On the other hand, inasmuch as the now "longstanding" (!) hermeneutic of continuity of Benedict XVI is accepted in Rome (shudder!) and inasmuch as the hermeneutic of continuity boils down to the denial of the principle of non-contradiction (anyone who has studied philosophy knows that means all intelligent thinking therefore ceases), perhaps there is a way that when they put all this together, the end product could be that the person who would be pope could somehow solemnly condemn Tradition, but if that did happen, it would at that moment be unquestionable that he is only ACTING AS IF he is pope but could absolutely not BE IN FACT pope, for the reasons I stated above.

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    Offline Neil Obstat

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    "No more anathemas"
    « Reply #7 on: December 20, 2013, 12:14:25 PM »
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  • Quote from: crossbro

    Even if this Pope packs and leaves this afternoon, trads face an endless procession of his heretic quotes being shoved in  faces for hundreds of years.


    While I sympathize with your concerns, crossbro, it seems to me there is a way out of this mess if God allows a restoration to take place, for then the simple consequence could be that the Church could like "draw a line" through everything from 1960 (for example) up to the present (whenever that is, in the future), and that would be our answer.  We would say something like, "You're taking your quote from the black age, and all those things are condemned now," or some such words. It would be quite simple, it seems to me.  

    (Although in all the details, it might not be so simple, for the longer this nonsense is allowed to perpetrate, the more voluminous the work of purging the errors, for all the so-called canonized saints will have to be reviewed one-by-one, etc.)

    The logical extension of this is, that were such a restoration to take place, and then in the future, the Church would again sink into corruption as it has post Vat.II, it would be as St. Thomas describes in his Summa (II-II Q.11 Art.4):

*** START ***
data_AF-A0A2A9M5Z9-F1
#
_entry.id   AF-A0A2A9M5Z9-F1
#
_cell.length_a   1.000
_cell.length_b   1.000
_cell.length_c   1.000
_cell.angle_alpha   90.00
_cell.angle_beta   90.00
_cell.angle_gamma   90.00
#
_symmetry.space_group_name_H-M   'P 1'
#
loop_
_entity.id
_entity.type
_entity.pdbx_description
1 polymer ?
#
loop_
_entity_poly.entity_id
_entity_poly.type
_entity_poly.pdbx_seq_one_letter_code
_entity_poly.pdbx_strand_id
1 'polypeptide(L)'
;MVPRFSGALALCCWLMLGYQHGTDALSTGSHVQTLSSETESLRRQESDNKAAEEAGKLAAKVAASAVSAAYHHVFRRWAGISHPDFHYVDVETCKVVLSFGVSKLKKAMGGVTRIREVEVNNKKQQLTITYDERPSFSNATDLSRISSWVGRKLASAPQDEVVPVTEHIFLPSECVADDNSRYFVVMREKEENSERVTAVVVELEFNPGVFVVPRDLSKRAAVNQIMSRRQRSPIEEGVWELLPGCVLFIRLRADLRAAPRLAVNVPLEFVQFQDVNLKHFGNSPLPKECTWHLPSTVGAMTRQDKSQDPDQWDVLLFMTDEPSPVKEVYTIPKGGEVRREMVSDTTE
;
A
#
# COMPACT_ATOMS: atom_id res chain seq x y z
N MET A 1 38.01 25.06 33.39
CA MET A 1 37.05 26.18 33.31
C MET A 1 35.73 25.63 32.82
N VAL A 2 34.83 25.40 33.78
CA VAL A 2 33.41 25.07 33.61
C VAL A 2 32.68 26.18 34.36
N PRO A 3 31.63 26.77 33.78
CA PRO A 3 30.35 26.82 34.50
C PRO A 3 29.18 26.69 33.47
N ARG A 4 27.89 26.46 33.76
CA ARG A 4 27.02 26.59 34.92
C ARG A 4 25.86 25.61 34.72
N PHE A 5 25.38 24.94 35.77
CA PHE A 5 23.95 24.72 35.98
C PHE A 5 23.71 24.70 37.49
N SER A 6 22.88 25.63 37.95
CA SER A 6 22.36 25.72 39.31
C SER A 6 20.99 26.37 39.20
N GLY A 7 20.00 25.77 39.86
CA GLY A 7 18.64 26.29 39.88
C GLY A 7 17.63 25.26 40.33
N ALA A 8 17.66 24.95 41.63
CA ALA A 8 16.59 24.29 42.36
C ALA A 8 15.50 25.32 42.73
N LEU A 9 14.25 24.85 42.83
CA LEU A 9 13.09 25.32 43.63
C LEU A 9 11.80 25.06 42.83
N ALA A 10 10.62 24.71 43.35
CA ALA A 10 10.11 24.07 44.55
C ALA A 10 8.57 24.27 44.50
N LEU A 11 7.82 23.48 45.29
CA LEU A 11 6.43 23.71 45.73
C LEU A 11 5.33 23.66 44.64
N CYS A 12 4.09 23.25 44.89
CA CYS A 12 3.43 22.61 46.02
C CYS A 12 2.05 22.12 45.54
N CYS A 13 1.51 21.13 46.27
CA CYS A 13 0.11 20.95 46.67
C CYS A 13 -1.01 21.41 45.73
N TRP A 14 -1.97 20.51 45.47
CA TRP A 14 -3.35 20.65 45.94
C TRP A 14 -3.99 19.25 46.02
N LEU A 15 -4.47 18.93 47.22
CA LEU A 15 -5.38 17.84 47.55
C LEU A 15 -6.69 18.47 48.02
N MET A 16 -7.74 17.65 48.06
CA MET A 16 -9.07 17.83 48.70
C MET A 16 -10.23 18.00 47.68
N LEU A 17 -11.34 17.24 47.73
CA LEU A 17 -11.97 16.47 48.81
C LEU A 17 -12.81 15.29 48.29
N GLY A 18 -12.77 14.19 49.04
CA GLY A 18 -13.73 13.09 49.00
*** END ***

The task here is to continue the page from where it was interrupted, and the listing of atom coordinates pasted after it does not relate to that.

"On the contrary, The Decretal ... says that those who are found to have relapsed into the error which they had already abjured, must be left to the secular tribunal.  Therefore, they should not be received by the Church... But when they fall again, after having been received [that is, the FIRST time], this seems to prove them to be inconstant in faith, wherefore when they return again, they are admitted to Penance, but are not delivered from the pain of death."


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    Offline Neil Obstat

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    "No more anathemas"
    « Reply #8 on: December 20, 2013, 12:53:32 PM »
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  • .

    In case a reader is confused, when St. Thomas says, "turned over (left) to the secular tribunal," he is saying that a condemned and obstinate heretic would be given over to the state for capital punishment, since the Church does not execute anyone "on death row."  

    In these latter centuries, this practice has been abandoned and now we have had popes such as JPII who promote the further departure from Tradition in having the state no longer execute pertinacious and hardened criminals, such as Charles Manson or Richard Ramirez, with the excuse that it would be part of "the culture of death" for the state to put them to death.  Meanwhile, their own wayward leadership has had the effect of leading souls to hell, which is much worse than 'death' because it is the SECOND death.